[9:26 p.m.] Until now, I had not fully grasped the magnitude of guilt Roger must have been harboring about Ian sparing his life by taking his place with the Mohawk. The pressure valve release in his facial expression and mannerisms once he saw Ian still in one piece helped it sink in.
[9:27 p.m.] Just how many wounded male eyes will we stare into within a single episode? I’ve started to lose count. So. Many. Depressed. Men.
[9:28 p.m.] “It’s big.” — Ian, and also Outlander producers, to Jon Gary Steele. I love the subtle wink to Jon and his team in having Caitriona’s lines mention the blood, sweat and tears that went into building this home. A magnificent send-off, sir!
[9:29 p.m.] “Ummm… best of three?” Nice, Marsali.
[9:30 p.m.] Guessing that Marsali should’ve taken a note from Mrs. Graham’s playbook. Reading tea leaves might have been a less visually haunting way to have a little fortune teller parlor fun with Roger than repeatedly showing him a card boasting an image of a man hanging.
[9:31 p.m.] Bree, in a nutshell: “Suck it up, buttercup.” Listen, every person and their respective experience is different, yet her point is valid. She soldiered on. She needs Roger to do the same. It’s also not lost on me that when she “fought for us” and battled back from her own darkness, she did so without the benefit of him at her side and without shutting down altogether.
[9:32 p.m.] Her pleading with him is a reminder that sometimes all we need is a glimmer of hope that the darkness hasn’t fully swallowed the light forever.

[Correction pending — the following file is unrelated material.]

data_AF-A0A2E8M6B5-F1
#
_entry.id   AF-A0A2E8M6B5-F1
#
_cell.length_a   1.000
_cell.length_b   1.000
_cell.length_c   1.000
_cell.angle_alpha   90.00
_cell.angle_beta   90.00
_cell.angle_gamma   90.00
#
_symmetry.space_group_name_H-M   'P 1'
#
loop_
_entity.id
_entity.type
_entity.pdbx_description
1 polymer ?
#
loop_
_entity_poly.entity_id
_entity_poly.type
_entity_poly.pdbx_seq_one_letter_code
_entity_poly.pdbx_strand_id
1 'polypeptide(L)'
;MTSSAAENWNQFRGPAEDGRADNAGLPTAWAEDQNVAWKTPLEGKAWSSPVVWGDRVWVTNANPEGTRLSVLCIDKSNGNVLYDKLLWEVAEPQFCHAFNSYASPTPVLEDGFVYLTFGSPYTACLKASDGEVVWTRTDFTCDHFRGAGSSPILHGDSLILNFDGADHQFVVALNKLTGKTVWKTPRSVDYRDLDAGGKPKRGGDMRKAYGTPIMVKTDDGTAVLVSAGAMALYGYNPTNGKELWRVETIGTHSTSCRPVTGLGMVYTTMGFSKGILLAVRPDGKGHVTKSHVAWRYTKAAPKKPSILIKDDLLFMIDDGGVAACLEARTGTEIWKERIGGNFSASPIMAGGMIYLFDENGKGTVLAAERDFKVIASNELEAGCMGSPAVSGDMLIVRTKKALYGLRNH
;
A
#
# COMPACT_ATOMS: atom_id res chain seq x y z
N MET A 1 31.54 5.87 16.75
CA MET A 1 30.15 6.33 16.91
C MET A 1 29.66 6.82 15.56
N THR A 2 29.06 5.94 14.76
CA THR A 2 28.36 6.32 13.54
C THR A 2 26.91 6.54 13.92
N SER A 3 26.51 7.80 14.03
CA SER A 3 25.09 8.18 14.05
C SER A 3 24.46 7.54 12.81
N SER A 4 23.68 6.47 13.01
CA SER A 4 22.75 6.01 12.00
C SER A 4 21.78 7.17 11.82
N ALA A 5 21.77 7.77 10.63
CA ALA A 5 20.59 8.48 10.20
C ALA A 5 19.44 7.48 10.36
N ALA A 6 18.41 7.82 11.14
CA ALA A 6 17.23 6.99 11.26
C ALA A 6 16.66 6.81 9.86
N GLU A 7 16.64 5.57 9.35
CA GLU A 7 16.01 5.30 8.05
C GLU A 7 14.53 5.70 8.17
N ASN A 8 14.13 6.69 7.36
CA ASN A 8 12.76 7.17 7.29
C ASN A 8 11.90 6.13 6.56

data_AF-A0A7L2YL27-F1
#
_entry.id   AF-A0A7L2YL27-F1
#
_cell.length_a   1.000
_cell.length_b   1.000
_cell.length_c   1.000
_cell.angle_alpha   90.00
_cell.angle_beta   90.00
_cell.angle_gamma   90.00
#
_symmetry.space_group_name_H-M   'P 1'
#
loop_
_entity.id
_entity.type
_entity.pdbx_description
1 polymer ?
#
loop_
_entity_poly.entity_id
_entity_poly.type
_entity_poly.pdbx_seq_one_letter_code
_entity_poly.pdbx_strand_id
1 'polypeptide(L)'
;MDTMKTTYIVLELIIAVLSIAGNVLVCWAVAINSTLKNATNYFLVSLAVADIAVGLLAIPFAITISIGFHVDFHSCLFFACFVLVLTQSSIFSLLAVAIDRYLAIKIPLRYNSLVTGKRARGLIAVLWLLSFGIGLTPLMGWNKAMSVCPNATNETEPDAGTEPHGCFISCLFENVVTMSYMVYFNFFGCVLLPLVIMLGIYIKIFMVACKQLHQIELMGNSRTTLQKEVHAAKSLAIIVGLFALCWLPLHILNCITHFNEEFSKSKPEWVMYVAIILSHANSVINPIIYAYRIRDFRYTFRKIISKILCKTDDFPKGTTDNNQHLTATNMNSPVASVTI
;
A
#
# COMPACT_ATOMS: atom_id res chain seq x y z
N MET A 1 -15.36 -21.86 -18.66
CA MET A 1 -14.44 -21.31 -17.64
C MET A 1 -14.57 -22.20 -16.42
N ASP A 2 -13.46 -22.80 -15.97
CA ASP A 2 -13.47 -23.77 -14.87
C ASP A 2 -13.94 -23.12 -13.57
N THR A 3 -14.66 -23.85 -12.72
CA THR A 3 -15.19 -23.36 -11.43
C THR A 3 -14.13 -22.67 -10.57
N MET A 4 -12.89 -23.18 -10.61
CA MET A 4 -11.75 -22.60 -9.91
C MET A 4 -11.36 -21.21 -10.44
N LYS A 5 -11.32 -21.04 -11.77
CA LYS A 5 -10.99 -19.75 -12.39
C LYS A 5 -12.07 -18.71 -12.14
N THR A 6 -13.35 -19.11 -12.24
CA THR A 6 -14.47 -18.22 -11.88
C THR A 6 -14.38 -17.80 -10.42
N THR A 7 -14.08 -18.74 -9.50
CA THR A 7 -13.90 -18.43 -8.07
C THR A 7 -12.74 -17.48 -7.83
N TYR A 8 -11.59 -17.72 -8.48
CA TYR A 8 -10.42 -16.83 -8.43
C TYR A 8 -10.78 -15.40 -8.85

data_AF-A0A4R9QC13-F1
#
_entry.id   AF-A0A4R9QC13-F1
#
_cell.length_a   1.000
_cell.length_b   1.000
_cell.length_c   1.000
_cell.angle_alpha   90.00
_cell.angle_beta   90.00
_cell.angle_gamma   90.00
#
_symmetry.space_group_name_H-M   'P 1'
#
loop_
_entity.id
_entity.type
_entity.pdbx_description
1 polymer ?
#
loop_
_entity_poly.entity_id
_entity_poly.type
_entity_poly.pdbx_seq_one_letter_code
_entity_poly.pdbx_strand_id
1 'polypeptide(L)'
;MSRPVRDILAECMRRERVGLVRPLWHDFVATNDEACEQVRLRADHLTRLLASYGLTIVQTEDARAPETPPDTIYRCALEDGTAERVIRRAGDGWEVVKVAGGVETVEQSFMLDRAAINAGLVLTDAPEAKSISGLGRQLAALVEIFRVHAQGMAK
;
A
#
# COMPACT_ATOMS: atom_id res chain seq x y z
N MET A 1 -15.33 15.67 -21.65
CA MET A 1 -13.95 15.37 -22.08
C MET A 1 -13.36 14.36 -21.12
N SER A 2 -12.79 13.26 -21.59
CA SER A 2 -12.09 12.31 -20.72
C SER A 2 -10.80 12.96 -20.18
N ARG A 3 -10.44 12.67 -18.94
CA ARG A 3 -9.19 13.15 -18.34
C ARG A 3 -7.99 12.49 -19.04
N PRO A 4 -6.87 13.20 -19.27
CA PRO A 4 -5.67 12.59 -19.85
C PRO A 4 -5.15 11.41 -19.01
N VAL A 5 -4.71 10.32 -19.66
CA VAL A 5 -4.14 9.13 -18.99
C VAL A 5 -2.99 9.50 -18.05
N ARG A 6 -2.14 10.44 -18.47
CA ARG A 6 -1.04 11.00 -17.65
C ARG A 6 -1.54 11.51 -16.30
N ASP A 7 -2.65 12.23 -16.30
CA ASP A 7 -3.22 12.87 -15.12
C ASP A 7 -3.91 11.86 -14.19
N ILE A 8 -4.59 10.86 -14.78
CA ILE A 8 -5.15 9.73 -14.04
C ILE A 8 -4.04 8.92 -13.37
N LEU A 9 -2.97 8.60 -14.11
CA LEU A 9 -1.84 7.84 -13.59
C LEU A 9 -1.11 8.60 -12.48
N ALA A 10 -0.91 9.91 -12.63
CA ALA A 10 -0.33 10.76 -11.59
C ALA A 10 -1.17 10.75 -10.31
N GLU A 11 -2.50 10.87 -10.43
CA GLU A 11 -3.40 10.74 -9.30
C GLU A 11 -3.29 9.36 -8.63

[9:33 p.m.] More yams anyone? I treasure these family meals on the Ridge, but also… here’s hoping your next holiday dinner isn’t as forced and full of trauma as this one.
[9:34 p.m.] Marsali and Fergus are trying to In Touch Weekly Ian’s “gap year” when he has yet to speak in full sentences or break a smile and shudders at the word “home.” Know your audience, Frasers 2.0 (wink to my pal, Nikki).
[9:35 p.m.] Then again half of Frasers 1.0 might also take a cue. Jamie’s asking Bree if she and Roger have discussed accepting Tryon’s land offer. Meanwhile the entire episode has focused on the man not uttering a word in three months. But by all means, they did chat it up about the real estate market over morning coffee.
[9:36 p.m.] “You’re welcome to the bed in the kitchen.” I have waited my whole life for someone to say those words to me. Ian, say yes… for us.
[9:37 p.m.] Aside from Bree, music is Roger’s constant. I’m hopeful either or both will help him find his voice again. Also, he’s strumming that guitar quite capably. I have my answer to 9:18.
[9:38 p.m.] I stare at my bed every night like that too, Ian. However, mine’s usually in the spirit of “There you are, you cozy beast. Have you missed me? I’ve been longing for you all day.”
[9:39 p.m.] “But ye seem out of sorts.” I’ll take understatements for $500, Alex. I get it, though. The rhythm Jamie fell into with an adoring boy has long since gone. He’s now got to figure out how to connect with his grown nephew. But as we’re reminded here, sometimes all a person needs is for someone to sit with them quietly in the darkness for a bit, not trying to fix it.
[9:40 p.m.] …Annnnd when all else fails, kittens and adorable, apple-cheeked toddlers can help break through even the most hardened of souls.
[9:41 p.m.] I’ve adored Lauren Lyle and her comedic ability this entire season, but love how this porch stoop conversation is underscoring the range she brings to her portrayal of Marsali. Fire, sarcasm, spirit, focus, loyalty, empathy and warmth — she brings it all and then some, when and where needed. You want me to babble while you stare aloof? I got you, cuz.